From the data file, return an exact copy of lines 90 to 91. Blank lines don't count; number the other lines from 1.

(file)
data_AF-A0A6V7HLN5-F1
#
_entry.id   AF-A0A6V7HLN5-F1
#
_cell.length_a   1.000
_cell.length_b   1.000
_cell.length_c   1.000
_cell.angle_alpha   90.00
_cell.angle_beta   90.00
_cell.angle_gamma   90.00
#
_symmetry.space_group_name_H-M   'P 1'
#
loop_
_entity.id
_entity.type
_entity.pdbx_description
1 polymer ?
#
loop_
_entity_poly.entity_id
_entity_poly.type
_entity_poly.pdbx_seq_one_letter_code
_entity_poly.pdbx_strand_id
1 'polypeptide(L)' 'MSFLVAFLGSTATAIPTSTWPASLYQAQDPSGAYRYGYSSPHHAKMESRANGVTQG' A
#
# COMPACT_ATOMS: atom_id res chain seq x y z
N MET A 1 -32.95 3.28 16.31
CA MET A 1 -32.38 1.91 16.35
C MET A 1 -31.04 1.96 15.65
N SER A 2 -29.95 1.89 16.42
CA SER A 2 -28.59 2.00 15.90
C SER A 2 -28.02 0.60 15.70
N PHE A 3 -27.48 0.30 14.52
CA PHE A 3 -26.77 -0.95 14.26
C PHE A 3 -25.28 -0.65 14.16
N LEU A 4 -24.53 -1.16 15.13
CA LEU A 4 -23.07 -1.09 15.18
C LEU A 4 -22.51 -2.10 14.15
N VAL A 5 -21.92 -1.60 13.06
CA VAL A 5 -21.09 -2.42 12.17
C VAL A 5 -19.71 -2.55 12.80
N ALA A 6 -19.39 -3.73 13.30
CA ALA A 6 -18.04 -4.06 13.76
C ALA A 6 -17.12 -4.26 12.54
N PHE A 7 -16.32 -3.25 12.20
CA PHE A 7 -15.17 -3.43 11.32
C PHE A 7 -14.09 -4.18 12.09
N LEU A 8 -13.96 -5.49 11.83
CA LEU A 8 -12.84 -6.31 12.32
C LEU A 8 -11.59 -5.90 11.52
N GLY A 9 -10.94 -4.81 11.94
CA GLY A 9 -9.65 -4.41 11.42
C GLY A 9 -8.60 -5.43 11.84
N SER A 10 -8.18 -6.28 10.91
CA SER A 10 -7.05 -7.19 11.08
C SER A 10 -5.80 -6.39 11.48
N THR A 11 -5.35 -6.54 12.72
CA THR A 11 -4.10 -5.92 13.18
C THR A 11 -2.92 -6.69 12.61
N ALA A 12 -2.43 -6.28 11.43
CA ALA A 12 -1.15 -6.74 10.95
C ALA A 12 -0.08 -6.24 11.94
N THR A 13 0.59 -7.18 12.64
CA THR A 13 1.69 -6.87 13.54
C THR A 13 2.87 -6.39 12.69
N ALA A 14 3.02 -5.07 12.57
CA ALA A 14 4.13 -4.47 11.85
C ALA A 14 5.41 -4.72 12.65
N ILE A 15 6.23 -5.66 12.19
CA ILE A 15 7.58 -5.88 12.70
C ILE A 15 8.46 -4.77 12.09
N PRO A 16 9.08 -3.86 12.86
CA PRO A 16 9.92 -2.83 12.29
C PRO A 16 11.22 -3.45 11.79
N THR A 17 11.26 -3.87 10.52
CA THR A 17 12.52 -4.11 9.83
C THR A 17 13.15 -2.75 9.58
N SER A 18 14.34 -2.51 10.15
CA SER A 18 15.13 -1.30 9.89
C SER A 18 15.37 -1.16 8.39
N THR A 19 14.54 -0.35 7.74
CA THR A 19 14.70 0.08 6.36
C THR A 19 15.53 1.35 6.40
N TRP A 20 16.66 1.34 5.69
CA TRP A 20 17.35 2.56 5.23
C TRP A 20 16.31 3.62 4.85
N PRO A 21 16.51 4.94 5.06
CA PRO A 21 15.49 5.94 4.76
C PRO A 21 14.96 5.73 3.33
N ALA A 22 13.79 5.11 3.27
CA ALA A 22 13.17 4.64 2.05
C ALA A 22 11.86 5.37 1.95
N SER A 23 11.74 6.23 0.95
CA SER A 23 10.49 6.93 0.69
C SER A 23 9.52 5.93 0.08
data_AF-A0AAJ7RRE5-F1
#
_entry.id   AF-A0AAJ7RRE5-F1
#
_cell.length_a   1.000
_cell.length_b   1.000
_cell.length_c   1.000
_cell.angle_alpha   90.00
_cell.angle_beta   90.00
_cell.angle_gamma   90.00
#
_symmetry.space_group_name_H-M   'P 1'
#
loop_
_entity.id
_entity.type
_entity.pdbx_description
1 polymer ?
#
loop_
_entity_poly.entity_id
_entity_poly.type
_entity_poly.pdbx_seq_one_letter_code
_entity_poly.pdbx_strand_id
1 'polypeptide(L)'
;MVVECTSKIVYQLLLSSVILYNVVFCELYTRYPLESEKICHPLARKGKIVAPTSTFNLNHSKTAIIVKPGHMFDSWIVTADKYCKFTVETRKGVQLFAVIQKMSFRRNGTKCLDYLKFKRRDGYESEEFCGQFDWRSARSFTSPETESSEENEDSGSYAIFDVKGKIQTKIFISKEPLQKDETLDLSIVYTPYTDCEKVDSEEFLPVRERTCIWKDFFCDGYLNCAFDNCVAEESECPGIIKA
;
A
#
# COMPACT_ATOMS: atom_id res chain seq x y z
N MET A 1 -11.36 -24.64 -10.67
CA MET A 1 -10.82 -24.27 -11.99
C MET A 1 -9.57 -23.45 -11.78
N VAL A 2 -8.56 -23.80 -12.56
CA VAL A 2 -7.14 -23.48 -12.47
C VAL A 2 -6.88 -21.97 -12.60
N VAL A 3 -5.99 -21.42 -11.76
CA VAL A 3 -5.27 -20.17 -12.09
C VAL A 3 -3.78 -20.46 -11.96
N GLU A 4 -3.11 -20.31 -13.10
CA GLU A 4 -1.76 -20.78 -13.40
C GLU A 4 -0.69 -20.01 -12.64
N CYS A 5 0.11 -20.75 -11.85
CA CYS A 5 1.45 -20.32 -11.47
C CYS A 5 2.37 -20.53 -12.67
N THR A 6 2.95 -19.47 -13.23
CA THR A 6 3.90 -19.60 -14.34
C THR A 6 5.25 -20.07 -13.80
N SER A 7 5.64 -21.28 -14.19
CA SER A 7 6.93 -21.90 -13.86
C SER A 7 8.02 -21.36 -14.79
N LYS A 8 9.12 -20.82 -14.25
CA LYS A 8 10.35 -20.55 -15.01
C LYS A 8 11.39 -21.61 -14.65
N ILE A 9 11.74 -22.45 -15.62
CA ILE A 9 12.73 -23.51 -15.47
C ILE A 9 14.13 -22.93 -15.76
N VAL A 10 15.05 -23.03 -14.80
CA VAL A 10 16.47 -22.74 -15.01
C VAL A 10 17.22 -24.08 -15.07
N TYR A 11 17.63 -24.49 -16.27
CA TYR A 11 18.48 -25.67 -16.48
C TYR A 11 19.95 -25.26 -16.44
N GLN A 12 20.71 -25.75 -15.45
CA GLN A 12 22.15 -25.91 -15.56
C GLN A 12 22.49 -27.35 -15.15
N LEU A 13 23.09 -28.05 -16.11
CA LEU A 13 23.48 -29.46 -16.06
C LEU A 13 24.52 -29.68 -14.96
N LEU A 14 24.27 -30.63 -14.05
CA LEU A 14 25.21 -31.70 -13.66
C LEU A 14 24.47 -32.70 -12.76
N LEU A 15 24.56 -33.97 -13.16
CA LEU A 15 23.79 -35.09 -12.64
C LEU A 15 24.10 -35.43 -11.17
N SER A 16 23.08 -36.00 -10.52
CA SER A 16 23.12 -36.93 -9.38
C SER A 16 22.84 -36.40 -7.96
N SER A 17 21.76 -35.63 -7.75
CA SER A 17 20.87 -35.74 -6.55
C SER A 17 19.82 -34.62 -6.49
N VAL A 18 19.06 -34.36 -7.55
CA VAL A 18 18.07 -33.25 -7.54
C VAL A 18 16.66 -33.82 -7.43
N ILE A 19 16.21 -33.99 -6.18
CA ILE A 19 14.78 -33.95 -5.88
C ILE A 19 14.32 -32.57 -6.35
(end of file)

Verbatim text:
C PRO A 21 14.96 5.73 3.33
N ALA A 22 13.79 5.11 3.27